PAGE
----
The ZnO nanopowders were synthesized using a glycol process in a glycol solvent. In this study, zinc acetate dihydrate (Zn(CH3COO)2·2H2O) and 1,4-butanediol (C4H10O2) were used as Zn source material and nonaqueous solvent. Various water contents were used as a part of the binary solvent mixtures to control the morphology of the ZnO powders obtained. First, 0.05 mol of zinc acetate dihydrate was dissolved in 100 ml of 1,4-butanediol and in binary solvent mixtures of 100 ml of 1,4-butanediol and various contents of water. The resulting solutions were transferred to a 1000 ml 3 neck-glass container with heating mantle. To investigate the effect of the different synthesis conditions on the phase and morphology of the obtained powders, the glycol reactions were performed at temperatures ranging from 100 to 175°C for 30 min. The content of water at the desired temperature and time was varied between 0 and 30 ml. After the glycol reaction, the glass container was cooled to room temperature. The obtained powders were washed at least 3 times by repeated cycles of centrifugation and redispersion in ethanol and dried at 100°C in a dry oven for 24 h.
The dried powders were analyzed using X-ray diffraction (XRD-D1w, Target: Cu, 30 kV - 30 mA, Shimazu, Japan) over a 2θ range of 10 to 80° with a scanning speed of 2°/min to determine the phase composition and crystal structure. The morphology of the synthesized powders was observed using field emission scanning electron microscopy (FE-SEM, S-4800, Hitachi, Japan) and transmission electron microscopy (TEM, JEM-2100F, JEOL, Japan). The diffuse reflectance spectroscopy (DRS) and photoluminescence (PL) of the ZnO powders were analyzed using a ultraviolet-visible (UV-Vis) spectrometer (JASCO V550, Japan) with BaSO4 as a reference standard and a He-Cd laser with a wavelength of 325 nm as an excitation source at room temperature (LabRAM, Horiba).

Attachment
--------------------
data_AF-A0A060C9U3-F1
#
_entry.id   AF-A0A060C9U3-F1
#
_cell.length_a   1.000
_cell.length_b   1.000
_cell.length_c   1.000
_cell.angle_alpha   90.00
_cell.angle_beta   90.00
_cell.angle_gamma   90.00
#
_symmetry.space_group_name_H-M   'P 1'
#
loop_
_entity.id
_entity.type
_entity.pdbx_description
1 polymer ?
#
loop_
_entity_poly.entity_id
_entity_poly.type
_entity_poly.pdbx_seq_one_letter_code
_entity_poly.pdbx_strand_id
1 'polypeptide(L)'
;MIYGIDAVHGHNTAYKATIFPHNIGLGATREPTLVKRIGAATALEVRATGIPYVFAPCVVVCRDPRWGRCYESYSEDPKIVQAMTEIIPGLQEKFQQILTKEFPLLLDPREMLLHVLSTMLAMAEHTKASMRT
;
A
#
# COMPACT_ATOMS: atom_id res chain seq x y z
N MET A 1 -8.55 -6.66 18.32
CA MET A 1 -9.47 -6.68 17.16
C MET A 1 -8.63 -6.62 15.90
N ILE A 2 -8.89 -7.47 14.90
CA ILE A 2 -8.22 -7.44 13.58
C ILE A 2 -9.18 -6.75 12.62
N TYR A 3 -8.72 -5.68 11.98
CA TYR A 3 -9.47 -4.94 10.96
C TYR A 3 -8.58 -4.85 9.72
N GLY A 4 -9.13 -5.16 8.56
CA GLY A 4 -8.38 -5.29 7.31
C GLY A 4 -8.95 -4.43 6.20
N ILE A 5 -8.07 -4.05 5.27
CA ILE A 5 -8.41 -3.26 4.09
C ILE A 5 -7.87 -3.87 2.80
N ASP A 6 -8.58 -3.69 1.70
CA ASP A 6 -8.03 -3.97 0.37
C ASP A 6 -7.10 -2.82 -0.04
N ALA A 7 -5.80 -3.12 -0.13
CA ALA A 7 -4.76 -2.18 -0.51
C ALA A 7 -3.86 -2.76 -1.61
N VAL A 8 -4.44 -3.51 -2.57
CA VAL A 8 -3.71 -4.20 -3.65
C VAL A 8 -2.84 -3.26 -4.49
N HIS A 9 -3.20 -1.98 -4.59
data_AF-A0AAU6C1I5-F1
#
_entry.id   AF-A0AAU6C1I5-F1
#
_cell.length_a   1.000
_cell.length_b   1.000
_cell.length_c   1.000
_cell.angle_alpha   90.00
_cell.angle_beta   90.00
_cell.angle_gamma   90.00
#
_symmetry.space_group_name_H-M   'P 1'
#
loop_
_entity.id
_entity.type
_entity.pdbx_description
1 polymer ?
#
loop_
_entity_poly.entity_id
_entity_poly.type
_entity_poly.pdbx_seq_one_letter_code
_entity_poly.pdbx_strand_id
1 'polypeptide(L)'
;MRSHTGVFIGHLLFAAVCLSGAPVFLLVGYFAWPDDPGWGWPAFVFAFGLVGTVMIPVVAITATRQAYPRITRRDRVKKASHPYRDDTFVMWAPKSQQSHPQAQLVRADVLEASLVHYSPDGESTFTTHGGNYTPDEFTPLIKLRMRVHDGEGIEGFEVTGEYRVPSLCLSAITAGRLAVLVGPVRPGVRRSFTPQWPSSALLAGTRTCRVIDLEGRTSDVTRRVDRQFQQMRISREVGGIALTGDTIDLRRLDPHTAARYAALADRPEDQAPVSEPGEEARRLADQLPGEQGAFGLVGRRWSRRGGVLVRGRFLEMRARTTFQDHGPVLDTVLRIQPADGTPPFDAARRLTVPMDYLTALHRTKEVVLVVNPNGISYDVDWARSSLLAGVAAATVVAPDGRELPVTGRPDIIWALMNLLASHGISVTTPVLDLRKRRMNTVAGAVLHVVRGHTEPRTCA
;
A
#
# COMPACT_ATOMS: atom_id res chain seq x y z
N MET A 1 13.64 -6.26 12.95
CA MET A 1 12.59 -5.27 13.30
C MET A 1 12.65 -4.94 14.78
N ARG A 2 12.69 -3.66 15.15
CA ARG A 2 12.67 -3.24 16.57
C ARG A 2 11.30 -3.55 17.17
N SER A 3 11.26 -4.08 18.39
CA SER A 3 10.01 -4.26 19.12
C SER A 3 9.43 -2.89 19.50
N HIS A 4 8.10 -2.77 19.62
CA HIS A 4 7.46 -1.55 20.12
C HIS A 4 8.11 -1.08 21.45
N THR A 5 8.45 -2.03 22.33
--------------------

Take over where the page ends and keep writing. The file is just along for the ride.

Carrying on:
3. Results and Discussion

The XRD patterns of each powder obtained by the glycol process at various reaction temperatures for the same reaction time of 30 min are shown in Fig. 1. At the reaction temperature of 100°C, the XRD pattern of the powder shows the peak of crystalline ZnO as the main hexagonal phase and that of poorly crystalline Zn-glycolate as a second phase. Pure ZnO powders of hexagonal structure were prepared without any second phases at temperatures of 125°C and over, and the entire set of peak patterns matches the reference peaks reported on JCPDS Card No. 89-0510. Upon increasing the reaction temperature, the diffraction peaks of ZnO became more intense and narrow, reflecting an increase in the crystallinity of the hexagonal phase. The crystallite size of the ZnO powder was calculated from the broadening of the (101) peak using Scherrer’s equation:
where D is the average crystalline size, λ (= 0.15406 nm) is the wavelength of Cu, β is the full-width at half-maximum, and θ is the diffraction angle of the center of the peak. The crystalline size of the synthesized ZnO nanopowder was observed to be approximately 30 - 40 nm.
FE-SEM images of each powder synthesized at various reaction temperatures for 30 min using the glycol process are presented in Fig. 2. The ZnO powder obtained at the relatively low reaction temperature of 125°C consisted of aggregated secondary powders with spherical morphology and a size of approximately 300 - 500 nm; these powders contained many small primary nanopowders with size of approximately 20 nm, as shown in Fig. 2(a). The SEM images reveal that the size of the ZnO nanopowders increased from 30 to 50 nm when the reaction temperature was increased from 150 to 175°C, as can be observed in Figs. 2(b) and (c). Furthermore, the obtained ZnO nanopowders also exhibited a quasi-spherical morphology without aggregation or morphological change. We suggest that the formation of the aggregate as a spherical powder is the result of the dipole nature of ZnO on the nanometer scale at lower reaction temperatures, as shown in Fig. 2(a). However the aggregation of nanocrystallites decreases with an increase in the temperature because of the flammability and decomposition of 1,4-butanediol at or above the flash point of approximately 134°C.